The book project began to develop in 1924. On July 3, 1924, it is dated Apunte para una Oda (Note for an Ode), the predecessor of Soledad. Tribute to Fray Luis de León. The first great poem in the book is the Ode to Salvador Dalí, which he began to devise in the summer of 1925, which he spent in the Vega of Granada (the family had already bought the Huerta de San Vicente (San Vincente Farmhouse), but were still renovating it). On several occasions, the author announced the finished book as ready for publication. At one point he said it would be accompanied by pictures. Like his other announced books, it would not be published as such during the author’s lifetime.
In 1925, Lorca travelled to Cadaqués and Barcelona. This trip and his friendship with Salvador Dalí was to be the biographical material on which his Ode would be based. During 1926, he continued to work on it, among other projects. He made fragments of it known to Dalí through his letters, and the latter protested that he still did not have access to the complete poem.
The Ode to Salvador Dalí attracted the attention of foreign critics such as Jean Cassou, who on July 1, 1926 praised it in the Mercure de France as a manifestation of “a completely new mood in Spain”. Cassou believes that this new way of doing things was to spread in Spanish poetry and that Federico’s poem was a demonstration or manifesto, and he recommends that some French magazine should offer the complete translation. Federico was very satisfied with these words and said that they were proof that he was being listened to, even in Paris!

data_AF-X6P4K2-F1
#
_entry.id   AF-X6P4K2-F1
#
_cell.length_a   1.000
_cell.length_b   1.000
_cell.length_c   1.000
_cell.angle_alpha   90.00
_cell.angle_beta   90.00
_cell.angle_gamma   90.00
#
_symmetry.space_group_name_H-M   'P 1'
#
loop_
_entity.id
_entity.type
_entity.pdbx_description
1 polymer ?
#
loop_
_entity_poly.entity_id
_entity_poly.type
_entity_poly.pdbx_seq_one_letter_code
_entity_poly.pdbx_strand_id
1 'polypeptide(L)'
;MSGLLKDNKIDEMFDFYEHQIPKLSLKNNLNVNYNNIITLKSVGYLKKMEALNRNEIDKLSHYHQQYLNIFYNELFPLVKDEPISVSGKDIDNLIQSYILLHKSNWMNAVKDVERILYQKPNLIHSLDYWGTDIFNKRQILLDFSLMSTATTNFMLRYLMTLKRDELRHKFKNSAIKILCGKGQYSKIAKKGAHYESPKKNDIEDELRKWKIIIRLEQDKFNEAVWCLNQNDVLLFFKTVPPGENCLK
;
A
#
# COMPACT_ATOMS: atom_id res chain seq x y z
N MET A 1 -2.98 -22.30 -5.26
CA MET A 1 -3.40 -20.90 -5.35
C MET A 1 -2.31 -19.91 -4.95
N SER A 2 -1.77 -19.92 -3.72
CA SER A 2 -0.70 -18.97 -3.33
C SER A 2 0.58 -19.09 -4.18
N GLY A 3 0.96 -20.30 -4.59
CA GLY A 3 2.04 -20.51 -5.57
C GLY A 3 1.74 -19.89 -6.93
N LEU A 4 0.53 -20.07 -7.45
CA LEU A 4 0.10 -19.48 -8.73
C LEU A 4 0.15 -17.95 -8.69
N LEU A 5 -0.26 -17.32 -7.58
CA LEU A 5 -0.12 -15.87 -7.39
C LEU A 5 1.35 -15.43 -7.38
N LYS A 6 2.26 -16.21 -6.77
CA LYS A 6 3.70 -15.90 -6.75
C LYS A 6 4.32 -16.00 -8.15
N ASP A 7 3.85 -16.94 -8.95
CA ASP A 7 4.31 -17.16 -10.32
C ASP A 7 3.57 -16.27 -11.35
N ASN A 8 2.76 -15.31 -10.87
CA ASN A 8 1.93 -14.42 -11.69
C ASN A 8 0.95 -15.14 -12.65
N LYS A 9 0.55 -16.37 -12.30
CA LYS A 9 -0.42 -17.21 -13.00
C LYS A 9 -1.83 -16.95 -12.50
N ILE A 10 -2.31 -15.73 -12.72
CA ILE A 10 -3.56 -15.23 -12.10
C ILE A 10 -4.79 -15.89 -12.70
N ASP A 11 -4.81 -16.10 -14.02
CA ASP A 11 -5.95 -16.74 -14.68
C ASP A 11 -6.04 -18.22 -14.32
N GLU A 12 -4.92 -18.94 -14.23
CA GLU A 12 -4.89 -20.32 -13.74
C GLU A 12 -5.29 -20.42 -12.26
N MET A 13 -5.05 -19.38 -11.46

At his speech-recital on April 8, 1926 in Valladolid he read extracts from the Oda a Salvador Dalí (Ode to Salvador Dalí), among other texts. It was a time when he took the opportunity at any conference, whenever he could, to speak of Salvador, whom he sincerely admired. He also had great success reciting the Ode to Salvador Dalí at the fifth session of the Spanish Cinema Club, a session called ”Oriente y Occidente” (“East and West”), in early April 1929. He recited it, after the films representing Oriente (Orient), this ode and the poem Thamar y Amnón (Thamar and Amnon).